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Saturday, 29 November 2014

Reviews: Neonfly, Axenstar, Yama

Neonfly: Strangers In Paradise (InnerWound)

Neonfly's first album Outshine The Sun is played often on my stereo so I was looking forward to their follow up and thankfully it is here and delivers what their debut did in spades and also improves on it greatly. Having witnessed the band supporting Dragonforce I was blown away by how great they are live and this bombastic, melodic heavy metal translates on to this second album. The multi-European crew bring, dual guitars galore from Patrick Harrington and Frederick Thunder, a hearty bass gallop from Paul Miller and some amazing drums from Boris La Gal. The band merge the classic metal of Maiden, the melodic metal of Firewind, the huge hooks of AOR, the baroque nature of Met Loaf and loads of technical progression all thrown into the mix. Highways To Nowhere is a great example of Neonfly at their best as it has huge modern sounding metal riff, a percussion driven Middle Eastern middle section, tight concise solos all of which is paired with some rapid fire vocals from Willy Norton to create a song to too dissimilar to Disturbed. However they can also deal with the pomp of AOR on Better Angels on which Norton shows off his excellent and somewhat unique set of pipes, the 80's sheen continues on the overwrought Bon Jovi-esque Rose In Bloom and indeed the entire album sounds like it could easily fit in that decade due to the production of  Pink Cream 69/Unisonic's Dennis Ward This album works through all types of music hoovering them up and adding them to the mix, the double header of Heart Of The Sun and Aztec Gold have a symphonic metal basis with some great keys from Gunter Werno and some great bass and drum work on the instrumental Aztec Gold. Before being plunged into the war on the Dragonforce-like Fierce Battalions and the rampaging Chasing The Night before the album ends with the firelight acoustic balladry of Falling Star which is pure cheesy but is an uplifting climax to this excellent album of glossy, crunchy melodic metal that will appeal to a wide audience. If you love some excellent songwriting, powerful tracks and a huge mix of ideas thrown into the pot then Neonfly could be your new favourite band. 9/10    

Axenstar: Where Dreams Are Forgotten (Inner Wound)

Swedish power metal, it's nearly always a by-word for quality, not necessarily invention but quality nonetheless. Axenstar started plying their brand of power metal in 1998 (as Powerage before changing to Axenstar in 2001) and now they are on album number six (I do sometimes wish I lived in the middle of the EU so I didn't find these bands so late). As the rapid fire drumming kicks of Fear all bets are off this is Euro power metal at its most bombastic, the guitars soar and Magnus Wintefield provides the bottom end, the keys and the strong European vocal style. With nods to Sonata, Dragonland and countrymen Hammerfall fans of Power metal will eat this up as the songs gallop like a band of wild horses, the vocals are emotive with choirs galore, the solos burn up the fret board, the keys are tasteful and understated and the album rarely gives you a break from the madness songs like My Sacrifice (thankfully not a Creed cover), the drum heavy Curse Of The Tyrant, the thrashy stomp of Greed and the Maidenesque The Reaper Axenstar really show off their power metal credentials, they a definitely a band that have been doing this for a long time indeed and as I've said the album doesn't slow down until the mid paced Sweet Farewell which is a very modern sounding track with a cracking choir in the chorus and a chugging middle eight that builds into a solo any power metal fan would get excited by. As with many genres of metal these days Sweden seems to be the place to be at the moment, but they do seem to excel at power metal and Axenstar are no exception to that rule; strong songs, great playing and a big heaving whack of fist pumping metal tuneage. 8/10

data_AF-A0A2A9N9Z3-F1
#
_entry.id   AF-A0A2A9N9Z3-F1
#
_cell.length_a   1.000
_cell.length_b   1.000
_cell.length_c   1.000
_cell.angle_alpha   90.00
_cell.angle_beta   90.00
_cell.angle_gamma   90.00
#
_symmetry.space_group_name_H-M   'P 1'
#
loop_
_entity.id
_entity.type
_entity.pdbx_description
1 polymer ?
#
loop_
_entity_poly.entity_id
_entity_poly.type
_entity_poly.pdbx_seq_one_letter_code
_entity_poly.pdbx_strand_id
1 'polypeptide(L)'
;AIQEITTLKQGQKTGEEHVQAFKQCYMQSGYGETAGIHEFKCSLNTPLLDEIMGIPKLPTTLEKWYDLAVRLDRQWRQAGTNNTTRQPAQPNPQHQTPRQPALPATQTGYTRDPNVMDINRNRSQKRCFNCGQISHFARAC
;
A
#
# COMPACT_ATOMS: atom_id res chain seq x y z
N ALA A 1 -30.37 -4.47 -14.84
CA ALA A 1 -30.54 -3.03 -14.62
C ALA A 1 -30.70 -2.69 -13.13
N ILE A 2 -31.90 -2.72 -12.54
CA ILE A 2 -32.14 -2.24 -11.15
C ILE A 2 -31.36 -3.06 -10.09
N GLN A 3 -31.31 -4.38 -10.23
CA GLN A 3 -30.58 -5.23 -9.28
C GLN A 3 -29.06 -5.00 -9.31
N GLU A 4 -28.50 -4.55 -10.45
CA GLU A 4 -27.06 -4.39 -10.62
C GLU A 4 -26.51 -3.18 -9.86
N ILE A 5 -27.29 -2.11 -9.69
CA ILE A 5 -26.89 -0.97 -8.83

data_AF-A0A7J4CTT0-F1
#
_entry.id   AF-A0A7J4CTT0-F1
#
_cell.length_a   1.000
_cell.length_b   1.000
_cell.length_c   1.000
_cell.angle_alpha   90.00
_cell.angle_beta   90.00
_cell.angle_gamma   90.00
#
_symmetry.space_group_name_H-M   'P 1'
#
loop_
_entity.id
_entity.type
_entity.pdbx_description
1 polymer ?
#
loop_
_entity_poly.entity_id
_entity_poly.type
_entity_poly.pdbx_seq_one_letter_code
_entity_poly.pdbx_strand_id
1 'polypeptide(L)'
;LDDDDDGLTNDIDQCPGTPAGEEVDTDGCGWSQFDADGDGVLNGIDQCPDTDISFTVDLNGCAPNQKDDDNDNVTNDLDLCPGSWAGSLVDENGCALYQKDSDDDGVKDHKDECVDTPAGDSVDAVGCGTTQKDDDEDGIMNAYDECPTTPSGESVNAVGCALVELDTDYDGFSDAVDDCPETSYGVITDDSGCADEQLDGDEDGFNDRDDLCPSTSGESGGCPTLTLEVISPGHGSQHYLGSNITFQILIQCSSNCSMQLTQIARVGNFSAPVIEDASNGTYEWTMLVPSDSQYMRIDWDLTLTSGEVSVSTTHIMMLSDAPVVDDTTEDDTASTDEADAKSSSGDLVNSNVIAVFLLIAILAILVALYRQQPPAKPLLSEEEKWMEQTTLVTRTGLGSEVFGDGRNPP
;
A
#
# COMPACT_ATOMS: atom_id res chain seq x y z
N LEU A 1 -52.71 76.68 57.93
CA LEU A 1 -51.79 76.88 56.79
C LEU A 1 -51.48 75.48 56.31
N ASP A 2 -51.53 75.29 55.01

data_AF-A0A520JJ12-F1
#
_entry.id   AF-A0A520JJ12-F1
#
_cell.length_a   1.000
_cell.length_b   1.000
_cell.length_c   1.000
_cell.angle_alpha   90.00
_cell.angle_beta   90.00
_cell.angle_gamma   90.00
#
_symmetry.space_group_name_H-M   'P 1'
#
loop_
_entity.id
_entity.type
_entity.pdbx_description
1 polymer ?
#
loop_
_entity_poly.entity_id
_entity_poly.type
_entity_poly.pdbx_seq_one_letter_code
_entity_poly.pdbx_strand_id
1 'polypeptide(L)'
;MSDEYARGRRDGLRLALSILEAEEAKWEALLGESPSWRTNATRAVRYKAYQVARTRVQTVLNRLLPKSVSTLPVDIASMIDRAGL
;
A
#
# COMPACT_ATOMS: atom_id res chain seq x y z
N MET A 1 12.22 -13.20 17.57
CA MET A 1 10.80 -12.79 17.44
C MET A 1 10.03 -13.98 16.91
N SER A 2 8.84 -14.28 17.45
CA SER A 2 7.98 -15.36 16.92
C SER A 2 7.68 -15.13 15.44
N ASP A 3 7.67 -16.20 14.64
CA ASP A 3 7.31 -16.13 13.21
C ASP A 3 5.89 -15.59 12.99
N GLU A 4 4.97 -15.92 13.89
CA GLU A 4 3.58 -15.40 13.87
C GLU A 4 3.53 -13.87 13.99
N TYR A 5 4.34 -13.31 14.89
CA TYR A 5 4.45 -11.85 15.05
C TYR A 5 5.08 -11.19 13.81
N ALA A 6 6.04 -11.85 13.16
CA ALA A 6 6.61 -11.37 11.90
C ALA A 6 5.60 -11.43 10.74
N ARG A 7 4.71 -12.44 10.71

Yama: Ananta (Lighttown Fidelity)

Big sledgehammer grooves from Tilburg, NL now with Yama's debut album. As the tile track swaggers in with cocksure stoner riff the scene is set for a album of bluesy, grungy, doomy metal with a narcotic haze. Yama are named after the Verdic God Of Death and their songs are the sound of of aural deafening in the style of former tour mates  Orange Goblin, Graveyard and Uncle Acid & The Deadbeats, Anchor Of Time is bass heavy and rumbles along with aplomb, things slow down on the psych influenced Hollow which sounds just that with it's reverbed guitar which starts things off before crashing into the heavy middle section, but it still keeps things mid-paced with it's swirling riffs, the shadow of the blues comes a looming on the mouth harp driven Ruach Elohim. The four men in this band obviously know their roles inside out the drums drive the rhythm in conjunction with the big low end, the riffs come with big layers of thickness and the vocals shout and snarl on top of the aural assault. Over these eight songs Yama have constructed an album full of fist pumping rock anthems that will get heads nodding, beers drunk and weed smoked like salmon. If you like huge slabs of stoner rock with a grungy underbelly Yama will be right up your street. 7/10 


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